BENNY ROTHMAN – a fighter for the right to roam, workers’ rights and socialism
Produced by the Unite Education Department, author Mark Metcalf.
Benny Rothman is best known for the major part he played in the historic April 1932 mass trespass over Kinder Scout. It is universally accepted that this paved the way for the 1949 National Parks and Access to the Countryside Act and, ultimately, the “Right to Roam” Countryside and Rights of Way Act of 2000.
So much has been written on Kinder Scout that it might appear that Benny did little else with his life! But, as his son, Harry, explains in this new book he rarely spoke for many years about 1932. That’s because he was so busy fighting for his class.
Poverty forced Benny to find work early. His bicycle then took him into the countryside and following which he organised outdoor activities amongst local youngsters. In an era where the replacement of the Tsar in Russia by a new system based on the common ownership of the means of production appeared to offer the working class the opportunity to rule and an end to exploitation, Benny joined the Communist Party of Great Britain.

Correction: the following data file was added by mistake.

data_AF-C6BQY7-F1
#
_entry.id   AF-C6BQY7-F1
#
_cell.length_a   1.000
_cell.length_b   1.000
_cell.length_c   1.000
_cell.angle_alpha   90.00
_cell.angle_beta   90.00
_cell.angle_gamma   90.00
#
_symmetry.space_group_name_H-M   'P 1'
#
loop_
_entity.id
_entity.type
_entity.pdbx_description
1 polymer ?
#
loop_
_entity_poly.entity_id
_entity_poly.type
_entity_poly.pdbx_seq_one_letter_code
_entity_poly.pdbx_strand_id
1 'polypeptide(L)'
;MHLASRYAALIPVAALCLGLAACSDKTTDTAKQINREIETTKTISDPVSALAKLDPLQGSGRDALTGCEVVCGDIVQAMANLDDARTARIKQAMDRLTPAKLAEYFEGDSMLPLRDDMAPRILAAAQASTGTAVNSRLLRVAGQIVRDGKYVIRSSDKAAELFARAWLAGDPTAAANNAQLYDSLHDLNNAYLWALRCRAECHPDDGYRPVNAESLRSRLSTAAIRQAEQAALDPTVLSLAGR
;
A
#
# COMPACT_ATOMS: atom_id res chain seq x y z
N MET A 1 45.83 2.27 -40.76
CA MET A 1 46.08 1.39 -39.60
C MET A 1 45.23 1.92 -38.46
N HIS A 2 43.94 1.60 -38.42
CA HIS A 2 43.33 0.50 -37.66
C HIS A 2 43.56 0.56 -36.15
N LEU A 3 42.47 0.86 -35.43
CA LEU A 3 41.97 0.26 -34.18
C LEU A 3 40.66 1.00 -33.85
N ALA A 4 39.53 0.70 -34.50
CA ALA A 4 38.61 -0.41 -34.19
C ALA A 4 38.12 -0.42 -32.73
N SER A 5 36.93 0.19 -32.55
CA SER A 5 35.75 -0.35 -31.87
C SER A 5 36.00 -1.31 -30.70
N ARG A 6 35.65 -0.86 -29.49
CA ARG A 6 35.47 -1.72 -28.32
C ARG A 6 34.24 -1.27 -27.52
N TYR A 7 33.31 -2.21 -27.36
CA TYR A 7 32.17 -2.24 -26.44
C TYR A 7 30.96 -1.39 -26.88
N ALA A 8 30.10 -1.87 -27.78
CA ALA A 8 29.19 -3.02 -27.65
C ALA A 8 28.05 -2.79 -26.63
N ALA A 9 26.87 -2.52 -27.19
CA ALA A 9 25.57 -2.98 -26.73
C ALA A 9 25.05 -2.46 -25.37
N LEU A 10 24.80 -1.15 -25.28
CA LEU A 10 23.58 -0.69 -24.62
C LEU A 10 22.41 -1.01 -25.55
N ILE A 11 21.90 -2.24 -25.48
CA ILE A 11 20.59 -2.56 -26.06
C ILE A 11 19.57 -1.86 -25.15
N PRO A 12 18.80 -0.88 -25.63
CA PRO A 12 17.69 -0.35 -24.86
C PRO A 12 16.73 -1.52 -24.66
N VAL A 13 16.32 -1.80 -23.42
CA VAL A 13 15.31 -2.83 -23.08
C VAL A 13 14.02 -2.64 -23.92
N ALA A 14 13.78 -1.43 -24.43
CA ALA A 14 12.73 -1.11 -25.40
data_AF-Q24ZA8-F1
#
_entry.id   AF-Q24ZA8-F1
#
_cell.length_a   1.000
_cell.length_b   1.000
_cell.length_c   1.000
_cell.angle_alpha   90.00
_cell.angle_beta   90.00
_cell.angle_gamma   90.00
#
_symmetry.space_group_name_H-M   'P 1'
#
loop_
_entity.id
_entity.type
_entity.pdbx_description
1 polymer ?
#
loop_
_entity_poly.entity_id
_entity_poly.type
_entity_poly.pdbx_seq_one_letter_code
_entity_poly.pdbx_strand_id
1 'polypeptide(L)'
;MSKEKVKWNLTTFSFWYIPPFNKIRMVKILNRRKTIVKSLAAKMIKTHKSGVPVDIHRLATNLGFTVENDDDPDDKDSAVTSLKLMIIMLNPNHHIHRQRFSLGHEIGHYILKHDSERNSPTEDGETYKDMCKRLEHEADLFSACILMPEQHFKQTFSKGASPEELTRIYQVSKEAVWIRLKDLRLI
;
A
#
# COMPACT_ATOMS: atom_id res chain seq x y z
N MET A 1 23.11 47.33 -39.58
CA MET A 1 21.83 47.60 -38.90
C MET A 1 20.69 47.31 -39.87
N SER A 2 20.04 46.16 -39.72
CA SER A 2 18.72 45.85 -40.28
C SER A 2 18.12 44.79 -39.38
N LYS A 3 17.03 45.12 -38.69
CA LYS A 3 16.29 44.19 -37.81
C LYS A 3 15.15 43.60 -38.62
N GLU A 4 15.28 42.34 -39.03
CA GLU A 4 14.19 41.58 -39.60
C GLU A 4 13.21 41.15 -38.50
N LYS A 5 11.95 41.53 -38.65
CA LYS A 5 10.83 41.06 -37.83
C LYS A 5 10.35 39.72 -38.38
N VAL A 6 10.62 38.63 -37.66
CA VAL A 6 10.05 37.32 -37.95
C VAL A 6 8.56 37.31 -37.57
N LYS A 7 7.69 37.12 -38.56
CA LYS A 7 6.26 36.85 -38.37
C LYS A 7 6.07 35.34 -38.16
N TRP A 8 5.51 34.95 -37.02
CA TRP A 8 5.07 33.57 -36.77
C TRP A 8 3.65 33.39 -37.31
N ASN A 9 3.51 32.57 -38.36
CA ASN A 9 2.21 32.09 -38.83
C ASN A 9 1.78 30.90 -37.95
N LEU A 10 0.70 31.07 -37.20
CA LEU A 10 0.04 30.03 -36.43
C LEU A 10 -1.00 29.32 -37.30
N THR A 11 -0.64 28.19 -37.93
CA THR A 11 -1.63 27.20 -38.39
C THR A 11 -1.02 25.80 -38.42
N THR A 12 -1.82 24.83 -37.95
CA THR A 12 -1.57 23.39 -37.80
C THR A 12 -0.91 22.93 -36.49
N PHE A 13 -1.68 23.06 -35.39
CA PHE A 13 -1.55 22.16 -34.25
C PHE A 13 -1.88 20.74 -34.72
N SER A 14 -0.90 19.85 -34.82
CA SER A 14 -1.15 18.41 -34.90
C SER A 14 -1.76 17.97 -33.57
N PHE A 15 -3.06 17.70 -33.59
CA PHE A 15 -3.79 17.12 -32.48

Benny’s release from prison following the trespass pitched him into the battle around Manchester against Mosley’s fascist Blackshirts. As secretary of the Cheetham branch of the Young Communist League he successfully organised hundreds of local youngsters, including many from the Jewish community in which he grew up, to physically oppose Mosley whenever he appeared locally.
In 1951, management victimised Benny and, although his section held eight days of supportive strike action, he found himself again unemployed. Starting work at Kearns-Richards in 1956, he stayed until retirement in 1976. He held numerous trade union posts including secretary of the area wide Broadheath Shop Stewards’ Forum.
In retirement, Benny was involved with support groups for striking workers. He backed many environmental groups. He continued rambling. Media work became important to him in finding the widest possible audience for the cause of countryside access. It was a sad day when he died in January 2002.